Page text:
In a non-public session, the Grand Chamber of the Constitutional Court (PL. ÚS 10/2014) proclaimed provisions § 58(5) to (7) and § 63(6) of the Electronic Communications Act (Act No. 351/2011 Coll.), which until now required mobile network providers to track the communication of their users, as well as provisions of § 116 of the Penal Code (Act No. 301/2005 Coll.) and § 76(3) of the Police Force Act (Act No. 171/1993 Coll.), which allowed access to this data, to be in contradiction to the constitutionally guaranteed rights of citizens to privacy and personal data. As a consequence, these provisions lost their binding effect.

According to now invalid provisions of the Electronic Communications Act, the providers of electronic communications were obliged to store traffic data, localization data and data about the communicating parties for a period of 6 months (in the case Internet, email or VoIP communication) or for a period of 12 months (in case of other communication). Hence, data about who, for how long, when, how and from where the communication was made, has been stored. Data about unsuccessful calls was also stored to the same extent. Moreover, the legal framework regulating the access to data retention data was completely arbitrary and much more benevolent than comparable provisions on wire-tapping.

The obligation to store data, presented, for a long time, perceivable interference with the private life of all Slovak citizens, who were subject to extensive surveillance irrespective of their honesty or innocence. Although the detailed reasoning of the Court is not available yet, it is clear, that this kind of interference with a citizen's right to privacy will not be possible in the future.

Today's decision of the Slovak Constitutional Court confirmed that the initiative started by EISi more than five years ago was substantiated. “The mass surveillance of electronic communications of Slovak citizens led to years of continual unconstitutional violations of their privacy”, stated Ľubomír Lukič, EISi's lawyerand one of the original initiators of the action.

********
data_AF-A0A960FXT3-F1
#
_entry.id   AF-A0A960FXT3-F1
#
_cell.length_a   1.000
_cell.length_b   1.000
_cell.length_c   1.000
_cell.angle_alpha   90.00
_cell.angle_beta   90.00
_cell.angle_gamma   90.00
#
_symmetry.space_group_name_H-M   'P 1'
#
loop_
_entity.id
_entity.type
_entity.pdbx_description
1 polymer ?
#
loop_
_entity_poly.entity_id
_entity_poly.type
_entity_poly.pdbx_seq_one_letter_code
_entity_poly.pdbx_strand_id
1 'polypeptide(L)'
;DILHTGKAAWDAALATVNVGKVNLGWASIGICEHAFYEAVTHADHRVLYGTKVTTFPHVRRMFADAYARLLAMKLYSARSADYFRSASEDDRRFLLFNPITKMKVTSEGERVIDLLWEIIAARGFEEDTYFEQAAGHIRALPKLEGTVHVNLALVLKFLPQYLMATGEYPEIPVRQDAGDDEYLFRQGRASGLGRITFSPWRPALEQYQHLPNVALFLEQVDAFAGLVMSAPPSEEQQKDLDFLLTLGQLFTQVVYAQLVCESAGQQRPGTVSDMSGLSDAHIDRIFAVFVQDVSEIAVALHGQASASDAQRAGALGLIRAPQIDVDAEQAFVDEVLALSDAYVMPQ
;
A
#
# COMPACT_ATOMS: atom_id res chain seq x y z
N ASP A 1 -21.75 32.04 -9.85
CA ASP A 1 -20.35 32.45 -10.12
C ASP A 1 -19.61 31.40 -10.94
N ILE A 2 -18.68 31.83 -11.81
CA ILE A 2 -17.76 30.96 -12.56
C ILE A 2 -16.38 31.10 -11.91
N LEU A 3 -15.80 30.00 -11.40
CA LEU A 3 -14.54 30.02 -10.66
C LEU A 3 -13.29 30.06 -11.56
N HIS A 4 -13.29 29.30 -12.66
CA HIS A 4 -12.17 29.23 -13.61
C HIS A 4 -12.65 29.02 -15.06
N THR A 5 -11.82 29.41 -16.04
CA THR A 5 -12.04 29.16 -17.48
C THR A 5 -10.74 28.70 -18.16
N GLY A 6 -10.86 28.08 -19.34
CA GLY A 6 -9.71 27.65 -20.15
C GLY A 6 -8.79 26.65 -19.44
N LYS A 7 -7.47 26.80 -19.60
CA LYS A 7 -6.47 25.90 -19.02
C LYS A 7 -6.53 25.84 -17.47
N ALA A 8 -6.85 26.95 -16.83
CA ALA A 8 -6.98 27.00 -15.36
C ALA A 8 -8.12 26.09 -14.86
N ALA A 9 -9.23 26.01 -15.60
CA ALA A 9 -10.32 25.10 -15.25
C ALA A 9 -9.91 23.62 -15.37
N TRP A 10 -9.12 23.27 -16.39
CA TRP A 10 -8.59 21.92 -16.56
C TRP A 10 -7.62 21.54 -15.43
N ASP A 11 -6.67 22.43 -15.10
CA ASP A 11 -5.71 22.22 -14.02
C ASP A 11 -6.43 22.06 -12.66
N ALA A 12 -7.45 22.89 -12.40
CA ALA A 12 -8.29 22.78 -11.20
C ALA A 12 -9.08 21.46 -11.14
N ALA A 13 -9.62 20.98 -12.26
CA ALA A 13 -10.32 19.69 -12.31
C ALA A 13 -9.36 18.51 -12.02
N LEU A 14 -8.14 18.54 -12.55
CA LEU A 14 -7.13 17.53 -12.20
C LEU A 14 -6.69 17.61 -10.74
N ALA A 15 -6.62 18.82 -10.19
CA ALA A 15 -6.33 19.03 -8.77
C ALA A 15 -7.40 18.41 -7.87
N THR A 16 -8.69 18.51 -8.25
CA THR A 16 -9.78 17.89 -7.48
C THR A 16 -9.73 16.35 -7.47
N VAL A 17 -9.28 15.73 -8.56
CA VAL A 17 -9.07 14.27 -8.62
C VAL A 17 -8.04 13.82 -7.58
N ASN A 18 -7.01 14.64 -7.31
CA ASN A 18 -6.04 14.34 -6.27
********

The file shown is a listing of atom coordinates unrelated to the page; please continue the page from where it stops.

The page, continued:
The decision of the Constitutional Court of the Slovak Republic was issued almost a year after the Court of Justice of the European Union proclaimed the Data Retention Directive invalid in the Spring of 2014. At that time, the Constitutional Court of Slovakia promptly reacted by suspending the collection of data through a preliminary measure. Today, data collection was completely cancelled.
Click here to view the source article.
Source: EISI, 30 Apr 2015

Drivers without insurance 'black box' could be forced off the road within 10 years
United Kingdom Created: 29 Apr 2015
Motorists will be asked to install 'black box' tracking devices – or pay more for their insurance
Drivers will within 10 years face inflated insurance premiums – or even be forced off the road – unless they allow their driving to be monitored at all times by tracking technology.

A number of major insurers are launching hi-tech products this year that will monitor driving data such as the number of journeys, time of day the car is used and behaviour such as speed and braking.

Despite concerns about privacy and data protection, speakers at an insurance industry conference last week said such technology, known as "telematics", would become "opt-out, rather than opt-in" for motorists

Click here to view the source article.
Source: Agnes Ingvarsdottir